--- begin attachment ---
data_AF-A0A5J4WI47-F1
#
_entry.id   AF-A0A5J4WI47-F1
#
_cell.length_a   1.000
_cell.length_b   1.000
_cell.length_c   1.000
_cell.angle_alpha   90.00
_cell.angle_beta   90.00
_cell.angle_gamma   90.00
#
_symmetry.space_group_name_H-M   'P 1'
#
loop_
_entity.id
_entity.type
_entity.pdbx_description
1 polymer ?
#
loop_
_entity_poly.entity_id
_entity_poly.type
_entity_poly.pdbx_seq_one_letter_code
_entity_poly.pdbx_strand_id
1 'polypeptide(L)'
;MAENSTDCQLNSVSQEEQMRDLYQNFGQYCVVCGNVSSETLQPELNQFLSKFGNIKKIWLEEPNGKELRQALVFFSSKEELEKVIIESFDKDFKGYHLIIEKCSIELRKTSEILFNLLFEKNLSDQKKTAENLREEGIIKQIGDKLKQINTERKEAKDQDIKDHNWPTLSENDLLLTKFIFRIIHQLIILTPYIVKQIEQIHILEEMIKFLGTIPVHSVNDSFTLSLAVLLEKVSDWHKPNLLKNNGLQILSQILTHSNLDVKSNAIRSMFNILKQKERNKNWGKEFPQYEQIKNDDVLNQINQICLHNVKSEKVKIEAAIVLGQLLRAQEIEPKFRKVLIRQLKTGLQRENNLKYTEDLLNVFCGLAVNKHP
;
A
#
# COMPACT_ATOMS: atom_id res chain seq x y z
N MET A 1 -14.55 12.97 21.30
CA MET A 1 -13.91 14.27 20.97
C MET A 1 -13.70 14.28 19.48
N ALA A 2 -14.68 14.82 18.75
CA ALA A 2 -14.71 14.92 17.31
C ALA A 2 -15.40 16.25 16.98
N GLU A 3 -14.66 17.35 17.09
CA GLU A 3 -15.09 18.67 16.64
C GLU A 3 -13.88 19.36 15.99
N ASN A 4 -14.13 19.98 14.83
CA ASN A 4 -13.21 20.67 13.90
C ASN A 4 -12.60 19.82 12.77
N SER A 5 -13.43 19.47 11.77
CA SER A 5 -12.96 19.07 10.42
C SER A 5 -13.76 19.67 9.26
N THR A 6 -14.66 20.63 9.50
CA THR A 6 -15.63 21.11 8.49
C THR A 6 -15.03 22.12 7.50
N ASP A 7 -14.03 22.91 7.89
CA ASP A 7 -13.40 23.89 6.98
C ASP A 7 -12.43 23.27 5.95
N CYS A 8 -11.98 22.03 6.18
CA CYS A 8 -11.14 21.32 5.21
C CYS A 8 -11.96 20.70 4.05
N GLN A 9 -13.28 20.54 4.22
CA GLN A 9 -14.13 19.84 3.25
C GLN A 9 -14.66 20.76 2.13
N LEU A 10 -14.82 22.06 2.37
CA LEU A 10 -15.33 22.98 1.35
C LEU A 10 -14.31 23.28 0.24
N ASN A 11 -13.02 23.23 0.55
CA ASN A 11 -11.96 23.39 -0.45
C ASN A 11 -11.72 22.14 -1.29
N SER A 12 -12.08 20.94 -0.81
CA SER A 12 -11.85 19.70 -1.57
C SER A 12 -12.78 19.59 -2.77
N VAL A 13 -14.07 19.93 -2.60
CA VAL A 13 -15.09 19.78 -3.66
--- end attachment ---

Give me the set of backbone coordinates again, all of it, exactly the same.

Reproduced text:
data_AF-A0A5J4WI47-F1
#
_entry.id   AF-A0A5J4WI47-F1
#
_cell.length_a   1.000
_cell.length_b   1.000
_cell.length_c   1.000
_cell.angle_alpha   90.00
_cell.angle_beta   90.00
_cell.angle_gamma   90.00
#
_symmetry.space_group_name_H-M   'P 1'
#
loop_
_entity.id
_entity.type
_entity.pdbx_description
1 polymer ?
#
loop_
_entity_poly.entity_id
_entity_poly.type
_entity_poly.pdbx_seq_one_letter_code
_entity_poly.pdbx_strand_id
1 'polypeptide(L)'
;MAENSTDCQLNSVSQEEQMRDLYQNFGQYCVVCGNVSSETLQPELNQFLSKFGNIKKIWLEEPNGKELRQALVFFSSKEELEKVIIESFDKDFKGYHLIIEKCSIELRKTSEILFNLLFEKNLSDQKKTAENLREEGIIKQIGDKLKQINTERKEAKDQDIKDHNWPTLSENDLLLTKFIFRIIHQLIILTPYIVKQIEQIHILEEMIKFLGTIPVHSVNDSFTLSLAVLLEKVSDWHKPNLLKNNGLQILSQILTHSNLDVKSNAIRSMFNILKQKERNKNWGKEFPQYEQIKNDDVLNQINQICLHNVKSEKVKIEAAIVLGQLLRAQEIEPKFRKVLIRQLKTGLQRENNLKYTEDLLNVFCGLAVNKHP
;
A
#
# COMPACT_ATOMS: atom_id res chain seq x y z
N MET A 1 -14.55 12.97 21.30
CA MET A 1 -13.91 14.27 20.97
C MET A 1 -13.70 14.28 19.48
N ALA A 2 -14.68 14.82 18.75
CA ALA A 2 -14.71 14.92 17.31
C ALA A 2 -15.40 16.25 16.98
N GLU A 3 -14.66 17.35 17.09
CA GLU A 3 -15.09 18.67 16.64
C GLU A 3 -13.88 19.36 15.99
N ASN A 4 -14.13 19.98 14.83
CA ASN A 4 -13.21 20.67 13.90
C ASN A 4 -12.60 19.82 12.77
N SER A 5 -13.43 19.47 11.77
CA SER A 5 -12.96 19.07 10.42
C SER A 5 -13.76 19.67 9.26
N THR A 6 -14.66 20.63 9.50
CA THR A 6 -15.63 21.11 8.49
C THR A 6 -15.03 22.12 7.50
N ASP A 7 -14.03 22.91 7.89
CA ASP A 7 -13.40 23.89 6.98
C ASP A 7 -12.43 23.27 5.95
N CYS A 8 -11.98 22.03 6.18
CA CYS A 8 -11.14 21.32 5.21
C CYS A 8 -11.96 20.70 4.05
N GLN A 9 -13.28 20.54 4.22
CA GLN A 9 -14.13 19.84 3.25
C GLN A 9 -14.66 20.76 2.13
N LEU A 10 -14.82 22.06 2.37
CA LEU A 10 -15.33 22.98 1.35
C LEU A 10 -14.31 23.28 0.24
N ASN A 11 -13.02 23.23 0.55
CA ASN A 11 -11.96 23.39 -0.45
C ASN A 11 -11.72 22.14 -1.29
N SER A 12 -12.08 20.94 -0.81
CA SER A 12 -11.85 19.70 -1.57
C SER A 12 -12.78 19.59 -2.77
N VAL A 13 -14.07 19.93 -2.60
CA VAL A 13 -15.09 19.78 -3.66